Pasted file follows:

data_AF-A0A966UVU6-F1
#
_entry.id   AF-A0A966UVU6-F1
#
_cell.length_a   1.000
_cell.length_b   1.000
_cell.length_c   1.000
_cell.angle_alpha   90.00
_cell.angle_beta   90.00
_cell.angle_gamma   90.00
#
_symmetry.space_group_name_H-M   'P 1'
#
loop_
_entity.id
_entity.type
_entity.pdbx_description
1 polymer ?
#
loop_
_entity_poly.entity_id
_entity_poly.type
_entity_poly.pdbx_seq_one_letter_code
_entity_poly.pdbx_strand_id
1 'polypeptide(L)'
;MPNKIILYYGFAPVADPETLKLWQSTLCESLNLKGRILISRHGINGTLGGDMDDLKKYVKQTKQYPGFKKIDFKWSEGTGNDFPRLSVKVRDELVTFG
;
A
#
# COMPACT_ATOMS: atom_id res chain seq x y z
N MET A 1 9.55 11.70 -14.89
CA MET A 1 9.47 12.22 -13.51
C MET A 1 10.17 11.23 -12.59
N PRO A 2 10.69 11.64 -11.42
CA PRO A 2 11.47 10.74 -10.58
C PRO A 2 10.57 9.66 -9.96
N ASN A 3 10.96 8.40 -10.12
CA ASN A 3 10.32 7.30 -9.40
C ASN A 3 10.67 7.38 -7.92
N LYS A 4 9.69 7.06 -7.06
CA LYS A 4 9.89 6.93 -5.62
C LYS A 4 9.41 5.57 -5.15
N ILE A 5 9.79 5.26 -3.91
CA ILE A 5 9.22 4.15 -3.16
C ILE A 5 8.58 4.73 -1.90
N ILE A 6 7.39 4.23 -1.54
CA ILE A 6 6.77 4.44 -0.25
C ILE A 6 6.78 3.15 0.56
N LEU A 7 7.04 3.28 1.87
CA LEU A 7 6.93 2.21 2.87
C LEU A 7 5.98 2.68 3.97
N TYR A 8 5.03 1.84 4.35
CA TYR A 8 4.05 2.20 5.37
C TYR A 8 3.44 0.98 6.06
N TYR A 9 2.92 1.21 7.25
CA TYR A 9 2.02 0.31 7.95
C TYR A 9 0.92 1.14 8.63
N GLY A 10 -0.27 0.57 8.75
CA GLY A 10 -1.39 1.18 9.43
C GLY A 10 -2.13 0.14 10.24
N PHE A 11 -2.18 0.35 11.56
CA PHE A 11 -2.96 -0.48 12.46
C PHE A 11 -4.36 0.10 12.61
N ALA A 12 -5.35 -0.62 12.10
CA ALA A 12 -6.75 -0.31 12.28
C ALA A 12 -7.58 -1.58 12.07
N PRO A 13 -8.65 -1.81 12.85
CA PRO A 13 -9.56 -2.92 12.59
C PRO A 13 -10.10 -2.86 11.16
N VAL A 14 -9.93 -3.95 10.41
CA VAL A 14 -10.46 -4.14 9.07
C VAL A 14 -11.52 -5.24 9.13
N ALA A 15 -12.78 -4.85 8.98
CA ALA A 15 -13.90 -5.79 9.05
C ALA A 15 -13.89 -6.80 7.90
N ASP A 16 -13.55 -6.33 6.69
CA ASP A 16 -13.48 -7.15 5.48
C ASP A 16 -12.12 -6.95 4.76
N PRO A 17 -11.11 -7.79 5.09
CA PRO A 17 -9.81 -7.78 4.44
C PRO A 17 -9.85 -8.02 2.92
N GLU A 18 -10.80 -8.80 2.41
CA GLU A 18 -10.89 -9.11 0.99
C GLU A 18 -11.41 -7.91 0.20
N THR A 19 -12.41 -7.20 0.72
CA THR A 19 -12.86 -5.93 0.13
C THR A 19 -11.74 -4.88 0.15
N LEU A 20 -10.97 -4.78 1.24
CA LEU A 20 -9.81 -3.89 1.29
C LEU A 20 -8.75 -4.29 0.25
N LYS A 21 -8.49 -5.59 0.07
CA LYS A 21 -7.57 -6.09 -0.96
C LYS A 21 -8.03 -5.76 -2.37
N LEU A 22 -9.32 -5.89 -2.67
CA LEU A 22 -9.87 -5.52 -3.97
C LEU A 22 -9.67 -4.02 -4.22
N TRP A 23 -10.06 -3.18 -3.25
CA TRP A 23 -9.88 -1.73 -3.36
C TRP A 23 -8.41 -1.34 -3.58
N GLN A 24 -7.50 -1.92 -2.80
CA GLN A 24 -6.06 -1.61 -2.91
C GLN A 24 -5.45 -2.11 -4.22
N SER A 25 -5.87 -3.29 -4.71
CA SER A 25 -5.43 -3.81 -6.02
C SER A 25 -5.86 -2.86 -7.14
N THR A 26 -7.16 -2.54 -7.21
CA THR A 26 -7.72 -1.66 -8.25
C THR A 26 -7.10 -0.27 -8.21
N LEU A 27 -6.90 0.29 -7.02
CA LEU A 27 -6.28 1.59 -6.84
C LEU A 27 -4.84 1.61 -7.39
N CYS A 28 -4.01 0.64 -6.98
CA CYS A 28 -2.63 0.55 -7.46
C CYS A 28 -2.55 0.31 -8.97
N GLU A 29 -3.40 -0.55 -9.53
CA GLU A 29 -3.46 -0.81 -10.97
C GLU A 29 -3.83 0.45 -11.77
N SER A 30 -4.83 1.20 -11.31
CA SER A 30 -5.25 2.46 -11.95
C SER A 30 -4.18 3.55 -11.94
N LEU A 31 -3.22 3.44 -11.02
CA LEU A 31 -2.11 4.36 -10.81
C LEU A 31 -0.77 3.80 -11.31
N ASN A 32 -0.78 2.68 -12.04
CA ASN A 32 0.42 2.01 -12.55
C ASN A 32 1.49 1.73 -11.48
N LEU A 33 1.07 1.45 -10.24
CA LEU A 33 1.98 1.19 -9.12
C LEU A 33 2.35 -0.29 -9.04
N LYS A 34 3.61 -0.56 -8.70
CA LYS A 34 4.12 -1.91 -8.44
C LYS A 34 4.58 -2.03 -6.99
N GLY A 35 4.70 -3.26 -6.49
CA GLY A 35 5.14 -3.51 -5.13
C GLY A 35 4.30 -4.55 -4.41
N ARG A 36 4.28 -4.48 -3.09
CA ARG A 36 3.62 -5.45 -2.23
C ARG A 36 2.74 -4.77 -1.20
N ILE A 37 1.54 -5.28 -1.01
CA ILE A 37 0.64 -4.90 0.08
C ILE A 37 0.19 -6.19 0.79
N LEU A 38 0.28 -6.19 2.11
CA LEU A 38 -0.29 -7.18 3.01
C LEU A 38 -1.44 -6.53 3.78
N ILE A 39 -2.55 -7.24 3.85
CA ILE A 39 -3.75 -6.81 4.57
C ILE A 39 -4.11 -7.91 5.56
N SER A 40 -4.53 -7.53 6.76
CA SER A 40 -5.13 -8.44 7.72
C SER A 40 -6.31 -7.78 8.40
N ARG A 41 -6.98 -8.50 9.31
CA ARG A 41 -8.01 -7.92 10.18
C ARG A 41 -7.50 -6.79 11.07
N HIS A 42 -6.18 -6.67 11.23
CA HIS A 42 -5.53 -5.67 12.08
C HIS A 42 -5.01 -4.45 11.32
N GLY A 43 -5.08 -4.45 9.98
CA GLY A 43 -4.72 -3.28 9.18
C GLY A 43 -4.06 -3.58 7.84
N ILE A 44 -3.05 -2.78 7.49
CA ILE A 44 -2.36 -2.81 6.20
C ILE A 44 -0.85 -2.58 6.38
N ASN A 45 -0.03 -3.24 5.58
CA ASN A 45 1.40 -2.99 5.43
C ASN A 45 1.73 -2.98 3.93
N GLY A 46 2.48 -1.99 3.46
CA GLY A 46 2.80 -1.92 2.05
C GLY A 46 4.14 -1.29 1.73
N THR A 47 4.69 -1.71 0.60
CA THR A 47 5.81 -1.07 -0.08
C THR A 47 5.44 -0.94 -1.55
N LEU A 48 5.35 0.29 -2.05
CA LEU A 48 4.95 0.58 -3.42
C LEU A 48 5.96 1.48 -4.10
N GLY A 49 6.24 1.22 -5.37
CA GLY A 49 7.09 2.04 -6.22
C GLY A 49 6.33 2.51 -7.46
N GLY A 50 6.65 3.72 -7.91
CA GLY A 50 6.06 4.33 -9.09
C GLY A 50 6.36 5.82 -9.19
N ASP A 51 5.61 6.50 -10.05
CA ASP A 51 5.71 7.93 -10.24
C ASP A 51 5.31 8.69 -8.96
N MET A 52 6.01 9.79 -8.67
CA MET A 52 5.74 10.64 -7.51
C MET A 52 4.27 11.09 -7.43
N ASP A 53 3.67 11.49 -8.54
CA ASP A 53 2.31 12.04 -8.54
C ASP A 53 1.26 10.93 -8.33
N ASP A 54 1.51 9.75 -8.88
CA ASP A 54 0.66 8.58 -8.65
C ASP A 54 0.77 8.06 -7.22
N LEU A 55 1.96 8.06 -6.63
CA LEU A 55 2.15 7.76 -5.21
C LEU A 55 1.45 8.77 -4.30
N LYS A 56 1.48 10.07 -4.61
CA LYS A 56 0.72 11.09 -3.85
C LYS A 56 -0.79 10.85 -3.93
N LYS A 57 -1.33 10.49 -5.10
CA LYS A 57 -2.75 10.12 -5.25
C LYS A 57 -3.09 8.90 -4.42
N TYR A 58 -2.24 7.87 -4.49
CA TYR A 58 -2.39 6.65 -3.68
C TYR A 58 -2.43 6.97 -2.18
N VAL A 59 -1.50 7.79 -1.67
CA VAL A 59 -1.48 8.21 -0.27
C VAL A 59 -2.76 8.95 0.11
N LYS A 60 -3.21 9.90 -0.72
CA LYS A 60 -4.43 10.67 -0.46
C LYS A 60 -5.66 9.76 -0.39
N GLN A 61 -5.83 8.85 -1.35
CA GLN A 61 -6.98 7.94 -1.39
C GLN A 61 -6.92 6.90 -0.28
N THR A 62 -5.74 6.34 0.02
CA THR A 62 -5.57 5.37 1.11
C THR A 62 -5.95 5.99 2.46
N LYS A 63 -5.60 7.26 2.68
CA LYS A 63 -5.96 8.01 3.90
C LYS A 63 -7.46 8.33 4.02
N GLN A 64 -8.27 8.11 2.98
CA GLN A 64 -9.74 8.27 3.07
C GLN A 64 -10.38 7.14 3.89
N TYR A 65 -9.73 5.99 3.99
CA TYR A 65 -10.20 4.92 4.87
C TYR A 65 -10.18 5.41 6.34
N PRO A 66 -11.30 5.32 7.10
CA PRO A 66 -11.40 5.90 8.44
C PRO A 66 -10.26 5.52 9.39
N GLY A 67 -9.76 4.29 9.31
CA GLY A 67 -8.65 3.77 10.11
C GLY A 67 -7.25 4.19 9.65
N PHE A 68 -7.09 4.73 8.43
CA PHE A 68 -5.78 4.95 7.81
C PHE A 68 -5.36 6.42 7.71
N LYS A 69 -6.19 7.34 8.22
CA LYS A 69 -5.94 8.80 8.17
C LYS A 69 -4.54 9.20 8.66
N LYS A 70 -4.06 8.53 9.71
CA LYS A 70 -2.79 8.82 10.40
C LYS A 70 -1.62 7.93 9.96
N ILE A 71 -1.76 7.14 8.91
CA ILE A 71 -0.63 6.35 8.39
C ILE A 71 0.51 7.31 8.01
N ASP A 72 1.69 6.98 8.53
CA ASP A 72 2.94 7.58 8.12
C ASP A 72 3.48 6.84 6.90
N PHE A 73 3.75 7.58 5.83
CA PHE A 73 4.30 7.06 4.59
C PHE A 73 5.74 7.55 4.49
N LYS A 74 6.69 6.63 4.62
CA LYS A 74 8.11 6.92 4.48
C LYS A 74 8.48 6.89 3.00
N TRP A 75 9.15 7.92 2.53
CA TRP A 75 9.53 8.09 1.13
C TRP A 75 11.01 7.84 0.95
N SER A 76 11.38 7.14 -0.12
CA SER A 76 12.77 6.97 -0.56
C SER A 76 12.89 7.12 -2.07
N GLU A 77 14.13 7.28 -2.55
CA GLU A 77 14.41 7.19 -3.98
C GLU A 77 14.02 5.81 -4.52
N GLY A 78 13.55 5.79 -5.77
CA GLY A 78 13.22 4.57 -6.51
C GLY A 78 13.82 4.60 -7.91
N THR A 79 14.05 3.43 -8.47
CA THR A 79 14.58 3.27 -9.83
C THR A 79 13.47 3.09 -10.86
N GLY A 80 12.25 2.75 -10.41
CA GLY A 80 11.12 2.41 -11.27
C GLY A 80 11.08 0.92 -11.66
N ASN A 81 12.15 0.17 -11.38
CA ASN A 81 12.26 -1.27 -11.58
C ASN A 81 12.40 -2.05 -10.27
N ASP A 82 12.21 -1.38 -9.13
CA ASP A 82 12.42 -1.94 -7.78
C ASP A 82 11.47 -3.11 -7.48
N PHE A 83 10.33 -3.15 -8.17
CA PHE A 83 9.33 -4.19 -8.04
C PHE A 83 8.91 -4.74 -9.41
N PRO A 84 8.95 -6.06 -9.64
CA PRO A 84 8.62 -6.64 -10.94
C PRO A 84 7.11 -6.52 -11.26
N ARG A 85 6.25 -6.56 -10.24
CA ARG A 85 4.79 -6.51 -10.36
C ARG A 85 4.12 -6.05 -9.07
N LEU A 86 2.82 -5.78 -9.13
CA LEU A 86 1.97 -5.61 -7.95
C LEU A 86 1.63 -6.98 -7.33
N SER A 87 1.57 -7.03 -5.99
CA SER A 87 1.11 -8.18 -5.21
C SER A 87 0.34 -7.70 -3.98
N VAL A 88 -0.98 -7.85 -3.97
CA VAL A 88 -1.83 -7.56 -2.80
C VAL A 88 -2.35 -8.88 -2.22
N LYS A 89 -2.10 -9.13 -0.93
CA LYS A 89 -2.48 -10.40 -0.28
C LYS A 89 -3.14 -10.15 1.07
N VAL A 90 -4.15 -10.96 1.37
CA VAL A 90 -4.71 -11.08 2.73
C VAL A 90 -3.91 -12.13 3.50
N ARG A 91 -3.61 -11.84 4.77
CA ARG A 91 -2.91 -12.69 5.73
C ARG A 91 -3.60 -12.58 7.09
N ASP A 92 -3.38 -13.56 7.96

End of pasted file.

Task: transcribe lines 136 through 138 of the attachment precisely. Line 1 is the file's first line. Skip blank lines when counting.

N ARG A 36 4.28 -4.48 -3.09
CA ARG A 36 3.62 -5.45 -2.23
C ARG A 36 2.74 -4.77 -1.20